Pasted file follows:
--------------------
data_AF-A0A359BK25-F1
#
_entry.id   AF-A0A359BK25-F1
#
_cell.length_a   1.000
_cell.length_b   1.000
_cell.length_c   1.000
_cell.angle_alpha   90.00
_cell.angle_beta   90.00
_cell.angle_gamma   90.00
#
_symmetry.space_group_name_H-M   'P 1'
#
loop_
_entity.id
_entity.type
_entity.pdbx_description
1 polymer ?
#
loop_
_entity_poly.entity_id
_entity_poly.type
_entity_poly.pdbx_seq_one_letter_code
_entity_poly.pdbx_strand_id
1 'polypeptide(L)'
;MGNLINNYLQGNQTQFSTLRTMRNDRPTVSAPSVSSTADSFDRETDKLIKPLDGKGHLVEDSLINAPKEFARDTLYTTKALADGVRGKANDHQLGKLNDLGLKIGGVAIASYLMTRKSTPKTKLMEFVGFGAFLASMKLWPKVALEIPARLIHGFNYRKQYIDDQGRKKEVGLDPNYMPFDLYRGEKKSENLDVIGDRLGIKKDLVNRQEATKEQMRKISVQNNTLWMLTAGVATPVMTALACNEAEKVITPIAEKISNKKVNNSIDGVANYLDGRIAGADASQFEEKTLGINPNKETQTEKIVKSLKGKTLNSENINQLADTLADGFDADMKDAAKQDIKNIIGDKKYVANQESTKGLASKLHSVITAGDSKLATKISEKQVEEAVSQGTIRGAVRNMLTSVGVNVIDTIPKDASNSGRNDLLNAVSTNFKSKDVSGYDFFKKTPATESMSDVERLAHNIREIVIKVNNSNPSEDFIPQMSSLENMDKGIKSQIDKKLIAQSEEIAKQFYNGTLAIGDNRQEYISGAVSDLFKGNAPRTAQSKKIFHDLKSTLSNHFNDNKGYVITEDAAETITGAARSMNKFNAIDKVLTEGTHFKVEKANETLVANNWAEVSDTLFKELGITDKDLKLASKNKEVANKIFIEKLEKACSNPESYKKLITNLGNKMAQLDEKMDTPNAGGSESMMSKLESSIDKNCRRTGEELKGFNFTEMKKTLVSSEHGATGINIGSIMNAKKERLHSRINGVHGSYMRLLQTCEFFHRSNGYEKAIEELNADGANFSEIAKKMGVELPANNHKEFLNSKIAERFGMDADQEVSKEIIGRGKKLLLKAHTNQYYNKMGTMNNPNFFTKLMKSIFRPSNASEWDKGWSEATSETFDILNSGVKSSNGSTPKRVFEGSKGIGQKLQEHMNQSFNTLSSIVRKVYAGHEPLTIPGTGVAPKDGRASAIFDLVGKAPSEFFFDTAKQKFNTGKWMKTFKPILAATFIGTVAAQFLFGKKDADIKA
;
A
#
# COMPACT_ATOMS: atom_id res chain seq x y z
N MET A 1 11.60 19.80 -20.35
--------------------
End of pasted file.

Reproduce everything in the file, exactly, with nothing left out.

data_AF-A0A359BK25-F1
#
_entry.id   AF-A0A359BK25-F1
#
_cell.length_a   1.000
_cell.length_b   1.000
_cell.length_c   1.000
_cell.angle_alpha   90.00
_cell.angle_beta   90.00
_cell.angle_gamma   90.00
#
_symmetry.space_group_name_H-M   'P 1'
#
loop_
_entity.id
_entity.type
_entity.pdbx_description
1 polymer ?
#
loop_
_entity_poly.entity_id
_entity_poly.type
_entity_poly.pdbx_seq_one_letter_code
_entity_poly.pdbx_strand_id
1 'polypeptide(L)'
;MGNLINNYLQGNQTQFSTLRTMRNDRPTVSAPSVSSTADSFDRETDKLIKPLDGKGHLVEDSLINAPKEFARDTLYTTKALADGVRGKANDHQLGKLNDLGLKIGGVAIASYLMTRKSTPKTKLMEFVGFGAFLASMKLWPKVALEIPARLIHGFNYRKQYIDDQGRKKEVGLDPNYMPFDLYRGEKKSENLDVIGDRLGIKKDLVNRQEATKEQMRKISVQNNTLWMLTAGVATPVMTALACNEAEKVITPIAEKISNKKVNNSIDGVANYLDGRIAGADASQFEEKTLGINPNKETQTEKIVKSLKGKTLNSENINQLADTLADGFDADMKDAAKQDIKNIIGDKKYVANQESTKGLASKLHSVITAGDSKLATKISEKQVEEAVSQGTIRGAVRNMLTSVGVNVIDTIPKDASNSGRNDLLNAVSTNFKSKDVSGYDFFKKTPATESMSDVERLAHNIREIVIKVNNSNPSEDFIPQMSSLENMDKGIKSQIDKKLIAQSEEIAKQFYNGTLAIGDNRQEYISGAVSDLFKGNAPRTAQSKKIFHDLKSTLSNHFNDNKGYVITEDAAETITGAARSMNKFNAIDKVLTEGTHFKVEKANETLVANNWAEVSDTLFKELGITDKDLKLASKNKEVANKIFIEKLEKACSNPESYKKLITNLGNKMAQLDEKMDTPNAGGSESMMSKLESSIDKNCRRTGEELKGFNFTEMKKTLVSSEHGATGINIGSIMNAKKERLHSRINGVHGSYMRLLQTCEFFHRSNGYEKAIEELNADGANFSEIAKKMGVELPANNHKEFLNSKIAERFGMDADQEVSKEIIGRGKKLLLKAHTNQYYNKMGTMNNPNFFTKLMKSIFRPSNASEWDKGWSEATSETFDILNSGVKSSNGSTPKRVFEGSKGIGQKLQEHMNQSFNTLSSIVRKVYAGHEPLTIPGTGVAPKDGRASAIFDLVGKAPSEFFFDTAKQKFNTGKWMKTFKPILAATFIGTVAAQFLFGKKDADIKA
;
A
#
# COMPACT_ATOMS: atom_id res chain seq x y z
N MET A 1 11.60 19.80 -20.35